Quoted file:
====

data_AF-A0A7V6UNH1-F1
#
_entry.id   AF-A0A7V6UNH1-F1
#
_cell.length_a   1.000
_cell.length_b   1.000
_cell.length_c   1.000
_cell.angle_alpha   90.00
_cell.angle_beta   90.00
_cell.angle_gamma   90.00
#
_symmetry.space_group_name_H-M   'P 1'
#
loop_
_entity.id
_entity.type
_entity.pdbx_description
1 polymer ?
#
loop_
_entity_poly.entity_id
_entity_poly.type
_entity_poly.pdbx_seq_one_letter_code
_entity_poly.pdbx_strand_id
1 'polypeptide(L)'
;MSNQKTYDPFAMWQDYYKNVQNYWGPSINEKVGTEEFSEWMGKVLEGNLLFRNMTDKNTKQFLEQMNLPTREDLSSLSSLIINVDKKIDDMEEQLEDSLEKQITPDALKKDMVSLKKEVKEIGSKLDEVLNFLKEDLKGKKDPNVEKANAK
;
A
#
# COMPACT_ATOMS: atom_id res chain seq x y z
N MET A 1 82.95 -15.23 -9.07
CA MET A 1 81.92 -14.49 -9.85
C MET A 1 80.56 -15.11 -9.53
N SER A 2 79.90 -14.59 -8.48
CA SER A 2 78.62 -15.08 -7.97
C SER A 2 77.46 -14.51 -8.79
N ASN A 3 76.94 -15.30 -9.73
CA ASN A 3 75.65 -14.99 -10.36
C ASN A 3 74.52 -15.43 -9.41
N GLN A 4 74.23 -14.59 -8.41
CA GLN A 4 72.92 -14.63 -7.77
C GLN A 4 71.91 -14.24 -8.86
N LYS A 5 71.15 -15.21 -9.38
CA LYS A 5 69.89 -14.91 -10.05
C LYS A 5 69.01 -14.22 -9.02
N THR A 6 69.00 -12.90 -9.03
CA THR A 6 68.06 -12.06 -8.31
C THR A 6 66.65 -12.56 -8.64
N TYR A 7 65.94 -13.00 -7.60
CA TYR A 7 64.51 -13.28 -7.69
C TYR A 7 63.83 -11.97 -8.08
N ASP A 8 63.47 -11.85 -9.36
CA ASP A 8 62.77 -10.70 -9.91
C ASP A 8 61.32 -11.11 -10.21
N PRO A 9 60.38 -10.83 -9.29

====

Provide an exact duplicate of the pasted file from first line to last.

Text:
data_AF-A0A7V6UNH1-F1
#
_entry.id   AF-A0A7V6UNH1-F1
#
_cell.length_a   1.000
_cell.length_b   1.000
_cell.length_c   1.000
_cell.angle_alpha   90.00
_cell.angle_beta   90.00
_cell.angle_gamma   90.00
#
_symmetry.space_group_name_H-M   'P 1'
#
loop_
_entity.id
_entity.type
_entity.pdbx_description
1 polymer ?
#
loop_
_entity_poly.entity_id
_entity_poly.type
_entity_poly.pdbx_seq_one_letter_code
_entity_poly.pdbx_strand_id
1 'polypeptide(L)'
;MSNQKTYDPFAMWQDYYKNVQNYWGPSINEKVGTEEFSEWMGKVLEGNLLFRNMTDKNTKQFLEQMNLPTREDLSSLSSLIINVDKKIDDMEEQLEDSLEKQITPDALKKDMVSLKKEVKEIGSKLDEVLNFLKEDLKGKKDPNVEKANAK
;
A
#
# COMPACT_ATOMS: atom_id res chain seq x y z
N MET A 1 82.95 -15.23 -9.07
CA MET A 1 81.92 -14.49 -9.85
C MET A 1 80.56 -15.11 -9.53
N SER A 2 79.90 -14.59 -8.48
CA SER A 2 78.62 -15.08 -7.97
C SER A 2 77.46 -14.51 -8.79
N ASN A 3 76.94 -15.30 -9.73
CA ASN A 3 75.65 -14.99 -10.36
C ASN A 3 74.52 -15.43 -9.41
N GLN A 4 74.23 -14.59 -8.41
CA GLN A 4 72.92 -14.63 -7.77
C GLN A 4 71.91 -14.24 -8.86
N LYS A 5 71.15 -15.21 -9.38
CA LYS A 5 69.89 -14.91 -10.05
C LYS A 5 69.01 -14.22 -9.02
N THR A 6 69.00 -12.90 -9.03
CA THR A 6 68.06 -12.06 -8.31
C THR A 6 66.65 -12.56 -8.64
N TYR A 7 65.94 -13.00 -7.60
CA TYR A 7 64.51 -13.28 -7.69
C TYR A 7 63.83 -11.97 -8.08
N ASP A 8 63.47 -11.85 -9.36
CA ASP A 8 62.77 -10.70 -9.91
C ASP A 8 61.32 -11.11 -10.21
N PRO A 9 60.38 -10.83 -9.29